Please check out the related blogs here and here.

Mar 14, 2018

Grand Old Dame of Beach Road in Singapore


Pioneer generation Singaporeans would remember an old place in Singapore to remember vividly. Over the decades, many heritage buildings at Beach Road have changed, including this landmark posted in my previous blog here .

Raffles Hotel at Beach Road


The Raffles is one of the must-see places for every Western tourist, but especially for the British when Singapore was once upon a time a colony under the Great Britain.  To the rest of the world unfamiliar with Somerset Maugham and Rudyard Kipling, who wrote "Feed at the Raffles when in Singapore", the Raffles is the home of the ubiquitous Singapore Sling.


The internationally famous gin sling was created by Chinese barman Ngiam Tong Boon in 1915, and served to British planters and merchants lounging in the marble-paved Cad's Alley, then the old entrance to the hotel.

Today, the same concoction of gin, cherry brandy, Benedictine, Cointreau and bitters topped with orange, pineapple and lime juice is still served in the cool dim Long Bar - by Ngiam's grand-nephew!

The Raffles dates back to the early 19th century when it was just a small tiffin room with a private bungalow.  It wasn't until 1886 that the restaurant and house were brought over by the Sarkies brothers, three Armenian hoteliers who came to Signapore in the mid-1880s.

In those days, the hotel business was concentrated at the Esplanade, High Street and Coleman Street (remember the old Adelphi?)


But the Sarkies obviously had foresight, and their site on Beach Road did have a terrific view of the harbour and the sea.

The brothers hired the architectural firm of Swan and Maclaren (the same architects who rebuilt the Sultan Mosque) to renovate the hotel, and it wasn't long before the Raffles became known as the "Savoy of the Orient".

Today, you can still enjoy a curry tiffin lunch every Sunday in the Tiffin Room, complete with soft-footed waiters in their crisply starched whites, ceiling fans whirling gently overhead, and dappled sunshine filtering through from high above.

You can explore the Raffles Hotel by yourself, or ask at the front desk for a free tour.  And, if you want old-fashioned high tea with cucumber sandwiches and scones, go to the Tiffin Room at 4 p.m. where they screen an audio-visual presentation of the history of the grand hotel daily.

While you're wandering along the cool corridors of the Raffles, don't forget to look in on the spacious suites facing the pool on the ground floor.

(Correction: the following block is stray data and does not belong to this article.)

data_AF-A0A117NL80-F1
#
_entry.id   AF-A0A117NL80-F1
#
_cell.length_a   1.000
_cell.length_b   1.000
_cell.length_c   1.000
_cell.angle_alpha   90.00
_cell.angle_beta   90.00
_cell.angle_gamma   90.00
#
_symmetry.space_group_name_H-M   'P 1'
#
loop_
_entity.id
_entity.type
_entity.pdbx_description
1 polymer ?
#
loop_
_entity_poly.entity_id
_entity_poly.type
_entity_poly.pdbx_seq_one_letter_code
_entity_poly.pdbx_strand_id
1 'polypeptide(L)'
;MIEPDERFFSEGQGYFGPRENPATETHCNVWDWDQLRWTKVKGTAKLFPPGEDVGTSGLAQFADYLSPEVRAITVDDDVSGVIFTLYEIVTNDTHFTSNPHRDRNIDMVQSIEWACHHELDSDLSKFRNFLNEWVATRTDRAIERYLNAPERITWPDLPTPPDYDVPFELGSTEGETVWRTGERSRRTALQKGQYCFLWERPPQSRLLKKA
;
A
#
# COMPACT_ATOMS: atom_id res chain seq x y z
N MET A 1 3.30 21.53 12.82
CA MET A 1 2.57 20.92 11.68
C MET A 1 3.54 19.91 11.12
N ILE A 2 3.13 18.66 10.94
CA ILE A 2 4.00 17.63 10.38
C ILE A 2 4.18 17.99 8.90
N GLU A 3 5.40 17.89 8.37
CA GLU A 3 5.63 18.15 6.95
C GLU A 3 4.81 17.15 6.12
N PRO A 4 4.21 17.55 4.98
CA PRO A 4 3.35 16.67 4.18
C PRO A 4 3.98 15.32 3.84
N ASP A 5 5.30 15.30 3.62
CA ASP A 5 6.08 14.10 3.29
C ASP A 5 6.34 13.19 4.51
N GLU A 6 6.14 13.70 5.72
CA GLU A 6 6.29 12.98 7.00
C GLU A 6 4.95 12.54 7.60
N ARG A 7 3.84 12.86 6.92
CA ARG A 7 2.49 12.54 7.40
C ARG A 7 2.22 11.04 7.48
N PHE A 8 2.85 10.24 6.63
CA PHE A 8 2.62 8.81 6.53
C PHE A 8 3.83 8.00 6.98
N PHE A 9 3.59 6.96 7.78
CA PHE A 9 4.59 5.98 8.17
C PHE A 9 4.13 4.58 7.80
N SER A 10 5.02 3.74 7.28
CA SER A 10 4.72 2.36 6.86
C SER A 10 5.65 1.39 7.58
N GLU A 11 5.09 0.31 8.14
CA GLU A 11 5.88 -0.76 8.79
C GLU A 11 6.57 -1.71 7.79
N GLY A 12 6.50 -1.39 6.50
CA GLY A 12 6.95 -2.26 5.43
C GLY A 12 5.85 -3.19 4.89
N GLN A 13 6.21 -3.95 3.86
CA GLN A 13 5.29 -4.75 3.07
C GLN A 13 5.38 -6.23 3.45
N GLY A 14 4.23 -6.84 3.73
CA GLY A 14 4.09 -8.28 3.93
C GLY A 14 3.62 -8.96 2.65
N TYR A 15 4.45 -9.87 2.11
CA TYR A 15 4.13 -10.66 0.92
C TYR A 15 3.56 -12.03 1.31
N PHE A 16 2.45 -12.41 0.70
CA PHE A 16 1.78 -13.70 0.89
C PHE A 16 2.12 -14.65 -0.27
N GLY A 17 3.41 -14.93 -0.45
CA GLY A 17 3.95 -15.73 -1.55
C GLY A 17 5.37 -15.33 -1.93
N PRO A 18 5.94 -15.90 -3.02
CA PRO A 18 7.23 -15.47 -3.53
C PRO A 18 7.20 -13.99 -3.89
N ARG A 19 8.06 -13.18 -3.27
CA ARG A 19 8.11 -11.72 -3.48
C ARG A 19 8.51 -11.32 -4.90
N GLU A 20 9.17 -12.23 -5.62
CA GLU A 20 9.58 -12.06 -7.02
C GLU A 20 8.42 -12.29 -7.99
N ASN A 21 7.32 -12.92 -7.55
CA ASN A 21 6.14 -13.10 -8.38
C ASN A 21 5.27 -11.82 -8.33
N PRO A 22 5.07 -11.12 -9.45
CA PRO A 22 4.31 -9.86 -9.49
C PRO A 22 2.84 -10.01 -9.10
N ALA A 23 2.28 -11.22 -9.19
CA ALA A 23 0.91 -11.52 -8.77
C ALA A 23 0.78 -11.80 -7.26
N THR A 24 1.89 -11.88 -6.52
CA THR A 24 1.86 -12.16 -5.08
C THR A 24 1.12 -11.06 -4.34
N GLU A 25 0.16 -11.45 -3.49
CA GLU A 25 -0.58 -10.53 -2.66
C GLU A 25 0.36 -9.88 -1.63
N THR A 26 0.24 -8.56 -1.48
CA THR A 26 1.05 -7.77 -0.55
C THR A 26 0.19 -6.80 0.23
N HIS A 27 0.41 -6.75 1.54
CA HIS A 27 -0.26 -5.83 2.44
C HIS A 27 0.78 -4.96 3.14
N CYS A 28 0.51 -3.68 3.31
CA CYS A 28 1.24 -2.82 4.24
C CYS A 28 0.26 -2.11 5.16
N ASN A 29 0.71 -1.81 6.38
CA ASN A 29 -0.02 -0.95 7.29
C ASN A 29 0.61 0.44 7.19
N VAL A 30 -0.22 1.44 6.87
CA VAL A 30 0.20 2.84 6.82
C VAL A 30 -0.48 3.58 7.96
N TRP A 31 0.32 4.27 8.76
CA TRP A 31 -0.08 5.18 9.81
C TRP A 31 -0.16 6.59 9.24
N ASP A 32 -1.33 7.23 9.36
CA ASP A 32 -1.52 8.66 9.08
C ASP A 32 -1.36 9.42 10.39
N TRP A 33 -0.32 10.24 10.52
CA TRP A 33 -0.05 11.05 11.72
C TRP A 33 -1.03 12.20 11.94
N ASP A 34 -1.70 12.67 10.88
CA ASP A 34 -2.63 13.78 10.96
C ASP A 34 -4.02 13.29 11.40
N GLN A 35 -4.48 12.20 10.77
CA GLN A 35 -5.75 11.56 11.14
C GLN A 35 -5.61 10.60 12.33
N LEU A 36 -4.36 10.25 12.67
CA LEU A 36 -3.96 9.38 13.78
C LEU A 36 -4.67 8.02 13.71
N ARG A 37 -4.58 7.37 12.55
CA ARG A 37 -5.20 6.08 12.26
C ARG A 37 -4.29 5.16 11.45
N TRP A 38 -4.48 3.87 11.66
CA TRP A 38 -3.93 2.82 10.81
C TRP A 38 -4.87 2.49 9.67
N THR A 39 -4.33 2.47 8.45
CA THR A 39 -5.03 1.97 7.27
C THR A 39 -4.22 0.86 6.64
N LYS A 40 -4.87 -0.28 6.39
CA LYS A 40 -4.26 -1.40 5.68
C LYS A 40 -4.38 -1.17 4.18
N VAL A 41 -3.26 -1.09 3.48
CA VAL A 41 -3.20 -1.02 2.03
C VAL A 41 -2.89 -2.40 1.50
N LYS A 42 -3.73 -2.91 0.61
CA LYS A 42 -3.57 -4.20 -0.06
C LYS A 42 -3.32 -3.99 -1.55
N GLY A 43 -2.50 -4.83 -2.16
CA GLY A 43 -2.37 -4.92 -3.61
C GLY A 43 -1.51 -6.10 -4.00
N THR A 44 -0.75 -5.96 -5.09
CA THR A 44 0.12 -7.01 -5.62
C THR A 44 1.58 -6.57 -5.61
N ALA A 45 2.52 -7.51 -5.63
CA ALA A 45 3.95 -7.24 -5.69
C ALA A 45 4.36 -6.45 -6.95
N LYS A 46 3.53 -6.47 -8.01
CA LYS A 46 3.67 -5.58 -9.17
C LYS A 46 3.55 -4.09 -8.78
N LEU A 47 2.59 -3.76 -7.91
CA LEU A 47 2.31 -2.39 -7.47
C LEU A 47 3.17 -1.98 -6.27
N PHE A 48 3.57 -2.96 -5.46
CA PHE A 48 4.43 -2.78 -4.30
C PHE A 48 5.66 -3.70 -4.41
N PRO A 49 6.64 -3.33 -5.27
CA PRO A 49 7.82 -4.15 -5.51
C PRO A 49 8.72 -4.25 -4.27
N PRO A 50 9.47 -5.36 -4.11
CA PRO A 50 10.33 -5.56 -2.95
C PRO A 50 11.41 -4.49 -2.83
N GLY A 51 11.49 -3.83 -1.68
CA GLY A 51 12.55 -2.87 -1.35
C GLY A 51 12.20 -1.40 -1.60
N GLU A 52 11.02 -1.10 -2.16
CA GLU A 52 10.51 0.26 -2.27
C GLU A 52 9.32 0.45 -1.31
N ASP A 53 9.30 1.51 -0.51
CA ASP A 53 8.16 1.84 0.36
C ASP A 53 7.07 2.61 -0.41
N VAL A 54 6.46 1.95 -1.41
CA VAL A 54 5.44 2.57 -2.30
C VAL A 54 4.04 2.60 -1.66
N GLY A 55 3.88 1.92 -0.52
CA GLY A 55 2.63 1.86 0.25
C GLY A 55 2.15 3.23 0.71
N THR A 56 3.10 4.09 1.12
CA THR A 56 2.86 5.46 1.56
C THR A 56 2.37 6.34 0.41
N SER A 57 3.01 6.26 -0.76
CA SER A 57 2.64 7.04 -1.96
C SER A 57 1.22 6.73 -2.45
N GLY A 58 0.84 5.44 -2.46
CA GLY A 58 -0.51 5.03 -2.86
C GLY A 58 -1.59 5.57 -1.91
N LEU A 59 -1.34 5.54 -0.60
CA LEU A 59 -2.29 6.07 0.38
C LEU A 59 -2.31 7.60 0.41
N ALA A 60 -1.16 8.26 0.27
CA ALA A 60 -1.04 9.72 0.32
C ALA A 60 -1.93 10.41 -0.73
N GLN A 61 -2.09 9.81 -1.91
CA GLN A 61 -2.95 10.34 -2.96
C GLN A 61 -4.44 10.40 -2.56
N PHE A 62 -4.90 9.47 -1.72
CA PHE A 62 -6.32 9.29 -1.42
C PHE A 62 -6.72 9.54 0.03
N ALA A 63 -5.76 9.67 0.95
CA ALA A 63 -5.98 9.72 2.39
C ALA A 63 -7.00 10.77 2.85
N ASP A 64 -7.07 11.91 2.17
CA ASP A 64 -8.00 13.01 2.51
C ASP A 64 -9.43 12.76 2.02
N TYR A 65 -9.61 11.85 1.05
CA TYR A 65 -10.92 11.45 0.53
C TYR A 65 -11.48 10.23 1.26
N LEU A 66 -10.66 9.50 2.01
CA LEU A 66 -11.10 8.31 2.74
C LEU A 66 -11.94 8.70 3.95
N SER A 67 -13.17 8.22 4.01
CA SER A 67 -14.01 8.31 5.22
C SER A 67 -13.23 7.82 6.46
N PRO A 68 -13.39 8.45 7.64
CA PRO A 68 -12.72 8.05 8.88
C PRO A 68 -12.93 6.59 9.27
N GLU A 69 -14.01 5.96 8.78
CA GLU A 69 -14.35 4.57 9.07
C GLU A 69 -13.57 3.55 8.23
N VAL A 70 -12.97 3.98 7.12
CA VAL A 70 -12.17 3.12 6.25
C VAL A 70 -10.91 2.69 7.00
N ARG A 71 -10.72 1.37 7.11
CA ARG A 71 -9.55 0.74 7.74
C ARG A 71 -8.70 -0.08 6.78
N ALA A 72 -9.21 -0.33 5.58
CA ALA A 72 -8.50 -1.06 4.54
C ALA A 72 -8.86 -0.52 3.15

There is a whole row numbered 112 to 123 named after personalities such as Rudyard Kipling, Joseph Conrad, Herman Hesse, Somerset Maugham, and, more recently, Raymond Flower and Ilsa Sharp.  All of them have either written about the Raffles, or stayed and were entertained at this Singapore hotel which will be 100 years old in 1986.

Another reason, which reinforces our faith in human nature, might be described as literary although we see it as an appeal to the imagination.

For instance, Joseph Conrad was sitting in one of its varendahs when he read a report in The Straits Times of a crew which abandoned a sinking ship with hundreds of native passenters aboard, and the result was Lord Jim.

Not all the literati were complimentary.  Rudyard Kipling said:  "Feed at Raffles Hotel and sleep at the Hotel de L'Europe (formerly the City Hall building)."

Noel Coward, who was found naked in a corridor after a wild party, said that Singapore and Raffles by inference, was a first-class place for second-class people.  He was, of course, snipping at the colonials, but it must have hurt at the time.

On the other hand, Somerset Maugham, who spent much more time in South-east Asia, said Raffles stood for all the fables of the exotic East.

His short stories, such as The Letter, described a Singapore no longer recognisable, but its departed mystery lives on in the imagination of millions of people around the world.

In other words, man does not live by bread alone - or by satay or Peking Duck for that matter.

Modern Singapore looks like an Asian Manhattan, only cleaner, more efficient and orderly, but Raffles still conjures up the colour and excitement of the Orient which Conrad and Maugham helped to generate.

Raffles is a living reminder of the days when men lived dangerously and colonial wives were not as good as they might have been.

The architecture helps - white stucco of vaguely classical proportions softly corrupted by tropical vegetation and humidity.

We sat contentedly for hours in the Palm Court, with its traveller's palms and white balustrades, drinking and talking with old friends.


The Palm Court at Raffles Hotel in 1906, when the sea could still be viewed across Beach Road.


The curry served in the Tiffin Room has been modulated for the tourists, but with the many slow-turning ceiling fans.

It is a handsome and evocative room.  One can believer the story that a tiger was once found in the nearby billiard room.

One can also believe the story of how the staff buried the huge silver beef cart when the Japanese invaded Singapore.

A fifth-columnist, who turned out to be a senior Kempetai officer, questioned the waiters about its disappearance, but it remained buried until the British returned in 1945.

You can still order roast beef and Yorkshire pudding from that cart.  And many friends advised not to be deterred by the temperature and humidity outside; the beef and pud are always excellent.

They are as much a part of Maugham's exotic East as the trishaws in the forecourt, and the pirates who still haunt the waters of the archipelago.

Ilsa Sharp has captured this and more, but has not surrendered to nostalgia.  She knows there are more modern and better-equipped hotels.